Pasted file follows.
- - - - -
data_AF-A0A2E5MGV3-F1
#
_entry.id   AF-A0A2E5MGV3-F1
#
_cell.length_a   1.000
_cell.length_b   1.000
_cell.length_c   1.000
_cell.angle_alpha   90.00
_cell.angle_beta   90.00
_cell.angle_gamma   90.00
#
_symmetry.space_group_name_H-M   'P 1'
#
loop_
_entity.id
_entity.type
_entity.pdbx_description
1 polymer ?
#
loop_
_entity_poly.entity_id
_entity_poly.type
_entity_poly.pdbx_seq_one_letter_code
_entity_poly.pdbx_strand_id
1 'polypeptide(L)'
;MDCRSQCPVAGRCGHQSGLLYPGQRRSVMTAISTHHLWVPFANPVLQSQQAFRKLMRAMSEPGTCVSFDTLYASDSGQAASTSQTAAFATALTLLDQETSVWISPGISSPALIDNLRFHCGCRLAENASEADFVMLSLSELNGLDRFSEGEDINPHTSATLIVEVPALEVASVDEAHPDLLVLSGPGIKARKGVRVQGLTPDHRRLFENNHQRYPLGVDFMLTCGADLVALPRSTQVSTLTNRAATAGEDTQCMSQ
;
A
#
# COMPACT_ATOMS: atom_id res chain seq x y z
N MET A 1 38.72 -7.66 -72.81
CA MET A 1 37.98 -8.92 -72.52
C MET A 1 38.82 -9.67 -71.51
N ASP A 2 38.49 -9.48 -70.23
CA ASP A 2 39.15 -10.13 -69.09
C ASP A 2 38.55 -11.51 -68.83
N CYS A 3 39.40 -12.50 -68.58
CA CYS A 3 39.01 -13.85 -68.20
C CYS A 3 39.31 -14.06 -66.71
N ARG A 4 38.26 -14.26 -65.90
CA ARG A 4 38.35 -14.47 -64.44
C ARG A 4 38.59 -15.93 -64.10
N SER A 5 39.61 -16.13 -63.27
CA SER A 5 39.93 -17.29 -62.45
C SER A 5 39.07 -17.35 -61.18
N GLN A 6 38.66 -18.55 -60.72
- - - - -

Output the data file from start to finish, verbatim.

data_AF-A0A2E5MGV3-F1
#
_entry.id   AF-A0A2E5MGV3-F1
#
_cell.length_a   1.000
_cell.length_b   1.000
_cell.length_c   1.000
_cell.angle_alpha   90.00
_cell.angle_beta   90.00
_cell.angle_gamma   90.00
#
_symmetry.space_group_name_H-M   'P 1'
#
loop_
_entity.id
_entity.type
_entity.pdbx_description
1 polymer ?
#
loop_
_entity_poly.entity_id
_entity_poly.type
_entity_poly.pdbx_seq_one_letter_code
_entity_poly.pdbx_strand_id
1 'polypeptide(L)'
;MDCRSQCPVAGRCGHQSGLLYPGQRRSVMTAISTHHLWVPFANPVLQSQQAFRKLMRAMSEPGTCVSFDTLYASDSGQAASTSQTAAFATALTLLDQETSVWISPGISSPALIDNLRFHCGCRLAENASEADFVMLSLSELNGLDRFSEGEDINPHTSATLIVEVPALEVASVDEAHPDLLVLSGPGIKARKGVRVQGLTPDHRRLFENNHQRYPLGVDFMLTCGADLVALPRSTQVSTLTNRAATAGEDTQCMSQ
;
A
#
# COMPACT_ATOMS: atom_id res chain seq x y z
N MET A 1 38.72 -7.66 -72.81
CA MET A 1 37.98 -8.92 -72.52
C MET A 1 38.82 -9.67 -71.51
N ASP A 2 38.49 -9.48 -70.23
CA ASP A 2 39.15 -10.13 -69.09
C ASP A 2 38.55 -11.51 -68.83
N CYS A 3 39.40 -12.50 -68.58
CA CYS A 3 39.01 -13.85 -68.20
C CYS A 3 39.31 -14.06 -66.71
N ARG A 4 38.26 -14.26 -65.90
CA ARG A 4 38.35 -14.47 -64.44
C ARG A 4 38.59 -15.93 -64.10
N SER A 5 39.61 -16.13 -63.27
CA SER A 5 39.93 -17.29 -62.45
C SER A 5 39.07 -17.35 -61.18
N GLN A 6 38.66 -18.55 -60.72